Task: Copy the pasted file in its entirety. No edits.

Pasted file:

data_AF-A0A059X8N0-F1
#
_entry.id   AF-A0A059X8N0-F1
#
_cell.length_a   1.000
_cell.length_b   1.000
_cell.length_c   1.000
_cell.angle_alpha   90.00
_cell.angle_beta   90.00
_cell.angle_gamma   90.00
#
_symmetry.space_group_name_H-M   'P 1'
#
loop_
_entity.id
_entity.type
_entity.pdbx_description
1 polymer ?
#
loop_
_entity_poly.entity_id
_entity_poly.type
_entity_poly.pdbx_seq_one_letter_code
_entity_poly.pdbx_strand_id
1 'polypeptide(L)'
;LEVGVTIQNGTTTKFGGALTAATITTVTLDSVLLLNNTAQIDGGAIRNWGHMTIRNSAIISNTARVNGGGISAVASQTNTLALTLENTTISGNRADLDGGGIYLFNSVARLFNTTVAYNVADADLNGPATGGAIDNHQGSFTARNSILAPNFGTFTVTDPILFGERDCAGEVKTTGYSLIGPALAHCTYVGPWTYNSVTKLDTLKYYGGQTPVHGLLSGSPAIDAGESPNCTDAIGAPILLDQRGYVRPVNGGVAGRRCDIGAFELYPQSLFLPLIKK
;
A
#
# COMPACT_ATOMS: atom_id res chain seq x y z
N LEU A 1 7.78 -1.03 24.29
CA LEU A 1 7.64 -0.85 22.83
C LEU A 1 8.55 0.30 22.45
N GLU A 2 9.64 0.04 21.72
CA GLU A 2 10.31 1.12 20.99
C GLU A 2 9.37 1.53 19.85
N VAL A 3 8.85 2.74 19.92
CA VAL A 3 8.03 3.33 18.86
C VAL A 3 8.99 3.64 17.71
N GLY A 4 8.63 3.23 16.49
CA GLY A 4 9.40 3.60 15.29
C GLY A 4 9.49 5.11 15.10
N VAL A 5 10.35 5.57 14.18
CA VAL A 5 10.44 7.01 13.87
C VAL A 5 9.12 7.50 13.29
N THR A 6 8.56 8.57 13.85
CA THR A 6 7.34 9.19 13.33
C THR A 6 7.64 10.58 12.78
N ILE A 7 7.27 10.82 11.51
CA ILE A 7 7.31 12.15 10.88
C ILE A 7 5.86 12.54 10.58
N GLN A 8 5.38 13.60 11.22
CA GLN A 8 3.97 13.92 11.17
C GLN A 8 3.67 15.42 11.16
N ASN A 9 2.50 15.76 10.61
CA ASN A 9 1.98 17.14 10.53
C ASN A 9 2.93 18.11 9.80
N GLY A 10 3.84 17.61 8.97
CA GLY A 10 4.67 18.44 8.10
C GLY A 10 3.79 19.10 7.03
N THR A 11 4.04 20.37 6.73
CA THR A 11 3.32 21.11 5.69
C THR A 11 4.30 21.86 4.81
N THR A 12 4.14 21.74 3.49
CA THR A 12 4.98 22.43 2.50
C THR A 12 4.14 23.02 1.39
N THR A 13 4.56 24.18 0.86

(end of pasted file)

data_AF-A0A059X8N0-F1
#
_entry.id   AF-A0A059X8N0-F1
#
_cell.length_a   1.000
_cell.length_b   1.000
_cell.length_c   1.000
_cell.angle_alpha   90.00
_cell.angle_beta   90.00
_cell.angle_gamma   90.00
#
_symmetry.space_group_name_H-M   'P 1'
#
loop_
_entity.id
_entity.type
_entity.pdbx_description
1 polymer ?
#
loop_
_entity_poly.entity_id
_entity_poly.type
_entity_poly.pdbx_seq_one_letter_code
_entity_poly.pdbx_strand_id
1 'polypeptide(L)'
;LEVGVTIQNGTTTKFGGALTAATITTVTLDSVLLLNNTAQIDGGAIRNWGHMTIRNSAIISNTARVNGGGISAVASQTNTLALTLENTTISGNRADLDGGGIYLFNSVARLFNTTVAYNVADADLNGPATGGAIDNHQGSFTARNSILAPNFGTFTVTDPILFGERDCAGEVKTTGYSLIGPALAHCTYVGPWTYNSVTKLDTLKYYGGQTPVHGLLSGSPAIDAGESPNCTDAIGAPILLDQRGYVRPVNGGVAGRRCDIGAFELYPQSLFLPLIKK
;
A
#
# COMPACT_ATOMS: atom_id res chain seq x y z
N LEU A 1 7.78 -1.03 24.29
CA LEU A 1 7.64 -0.85 22.83
C LEU A 1 8.55 0.30 22.45
N GLU A 2 9.64 0.04 21.72
CA GLU A 2 10.31 1.12 20.99
C GLU A 2 9.37 1.53 19.85
N VAL A 3 8.85 2.74 19.92
CA VAL A 3 8.03 3.33 18.86
C VAL A 3 8.99 3.64 17.71
N GLY A 4 8.63 3.23 16.49
CA GLY A 4 9.40 3.60 15.29
C GLY A 4 9.49 5.11 15.10
N VAL A 5 10.35 5.57 14.18
CA VAL A 5 10.44 7.01 13.87
C VAL A 5 9.12 7.50 13.29
N THR A 6 8.56 8.57 13.85
CA THR A 6 7.34 9.19 13.33
C THR A 6 7.64 10.58 12.78
N ILE A 7 7.27 10.82 11.51
CA ILE A 7 7.31 12.15 10.88
C ILE A 7 5.86 12.54 10.58
N GLN A 8 5.38 13.60 11.22
CA GLN A 8 3.97 13.92 11.17
C GLN A 8 3.67 15.42 11.16
N ASN A 9 2.50 15.76 10.61
CA ASN A 9 1.98 17.14 10.53
C ASN A 9 2.93 18.11 9.80
N GLY A 10 3.84 17.61 8.97
CA GLY A 10 4.67 18.44 8.10
C GLY A 10 3.79 19.10 7.03
N THR A 11 4.04 20.37 6.73
CA THR A 11 3.32 21.11 5.69
C THR A 11 4.30 21.86 4.81
N THR A 12 4.14 21.74 3.49
CA THR A 12 4.98 22.43 2.50
C THR A 12 4.14 23.02 1.39
N THR A 13 4.56 24.18 0.86